Sunday Commentary: Judicial Accountability is a High Threshold in the Current System

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It is difficult to remove a judge from the bench – and that is by design and probably the way we would prefer it.  After all, in a touchy and highly charged case, do you really want the judge presiding over your matter to be looking over his shoulder at his next election?

Like most things in our system, protecting good and dedicated judges from political pressures comes with a hefty price – it protects bad judges from accountability.

A case in point is Santa Clara County Judge Aaron Persky, who controversially gave former Stanford student Brock Turner a six-month jail sentence and probation for sexually assaulting an unconscious woman.  The DA in the case had asked for six years.

Whether you agree or disagree with Judge Persky’s decision, the process for removing a judge is difficult.  Activists have collected 1.2 million signatures to force impeachment hearings.  However, last week legal experts, according to an NBC story, said impeachment is unlikely because the sentence was within legal guidelines and the judge did not commit an impeachable offense.

That leaves two other alternatives in the Judge Persky case.  The voters can collect enough signatures to recall the judge. Or the California Commission on Judicial Performance has the power to remove Judge Persky from the bench.

However, removal by the California Commission on Judicial Performance seems highly unlikely, given that it does not appear that the judge broke any laws.  In April 2015, the LA Times ran a story which reported that in 2014, 43 California judges were reprimanded for misconduct.

The commission gets about 1000 complaints each year, so official reprimand is itself extremely rare.

The most serious complaints were two judges having sex with women in their chambers, a traffic court judge delegating his job to his clerk, and a family law judge calling parents who appeared before him “rotten,” and a mother a “train wreck” and a “liar.”

None of this caused removal.  The Times reports, “The judges, among 43 disciplined last year by California’s Commission on Judicial Performance, received rebukes ranging from public censure or admonishment to a confidential ‘advisory’ letter.”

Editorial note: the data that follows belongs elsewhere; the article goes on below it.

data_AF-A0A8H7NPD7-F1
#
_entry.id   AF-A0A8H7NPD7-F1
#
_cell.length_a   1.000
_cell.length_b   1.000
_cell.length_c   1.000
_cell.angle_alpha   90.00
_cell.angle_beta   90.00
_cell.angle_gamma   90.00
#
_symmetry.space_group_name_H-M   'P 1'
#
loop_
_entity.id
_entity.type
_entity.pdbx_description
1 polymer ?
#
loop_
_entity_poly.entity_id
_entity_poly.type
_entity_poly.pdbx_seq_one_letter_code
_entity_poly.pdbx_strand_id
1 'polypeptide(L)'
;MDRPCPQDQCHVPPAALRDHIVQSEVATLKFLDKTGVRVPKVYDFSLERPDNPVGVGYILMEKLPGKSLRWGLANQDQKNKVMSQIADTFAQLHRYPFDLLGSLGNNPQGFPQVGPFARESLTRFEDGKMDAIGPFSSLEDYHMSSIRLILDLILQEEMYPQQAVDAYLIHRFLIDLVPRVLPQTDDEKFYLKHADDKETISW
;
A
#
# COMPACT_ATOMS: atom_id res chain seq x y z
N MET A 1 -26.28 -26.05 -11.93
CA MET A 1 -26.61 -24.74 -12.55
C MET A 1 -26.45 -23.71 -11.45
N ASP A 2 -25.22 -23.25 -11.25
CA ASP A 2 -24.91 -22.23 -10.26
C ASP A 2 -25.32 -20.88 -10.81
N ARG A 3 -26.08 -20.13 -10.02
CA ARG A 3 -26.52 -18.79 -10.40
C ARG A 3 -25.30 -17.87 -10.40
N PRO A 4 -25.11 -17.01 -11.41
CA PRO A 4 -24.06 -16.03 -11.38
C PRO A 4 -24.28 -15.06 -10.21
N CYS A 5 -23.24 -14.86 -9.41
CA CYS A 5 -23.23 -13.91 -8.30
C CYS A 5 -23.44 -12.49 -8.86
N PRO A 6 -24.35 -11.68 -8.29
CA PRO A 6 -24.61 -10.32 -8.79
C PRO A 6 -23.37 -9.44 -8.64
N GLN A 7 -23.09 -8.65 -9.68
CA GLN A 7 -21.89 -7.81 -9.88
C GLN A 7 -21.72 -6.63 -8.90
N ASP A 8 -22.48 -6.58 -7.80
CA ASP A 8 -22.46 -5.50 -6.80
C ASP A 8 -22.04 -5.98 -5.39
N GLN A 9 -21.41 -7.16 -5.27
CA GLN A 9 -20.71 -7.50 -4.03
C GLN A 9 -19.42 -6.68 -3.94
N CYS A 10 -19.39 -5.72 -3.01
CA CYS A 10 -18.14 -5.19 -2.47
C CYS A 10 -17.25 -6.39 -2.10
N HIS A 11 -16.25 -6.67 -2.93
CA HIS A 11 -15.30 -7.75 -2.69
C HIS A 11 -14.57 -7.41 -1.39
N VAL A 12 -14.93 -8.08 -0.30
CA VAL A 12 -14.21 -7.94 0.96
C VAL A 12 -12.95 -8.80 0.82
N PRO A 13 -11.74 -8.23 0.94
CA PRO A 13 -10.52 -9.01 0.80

“The vast majority of complaints against judges result in no discipline, and most misconduct is resolved by sending judges private letters,” the Times reported.

The conduct by Kern County Judge Cory Woodward, a Governor Schwarzenegger appointment, came close to causing his removal.  He had “sex in his chambers with two former students and tried to get one of them a job in the county prosecutor’s office.”

“Engaging in sexual intercourse in the courthouse is the height of irresponsible and improper behavior by a judge,” the Commission said.

“Woodward’s misconduct could have led to his removal from the bench, the report said, but being contrite, fully cooperating with investigators and earning reviews that he was hard-working, intelligent and conscientious spared him.”

The task becomes much more difficult when you are dealing with a retired judge, who acts as a visiting judge, presiding over courts when one of the regular superior court judges goes on vacation.  Unlike a regular judge who may face election and the possibility of recall, the Commission seems to have full jurisdiction.

If having sex in chambers and currying favor cannot get a judge removed, the bar is set quite high.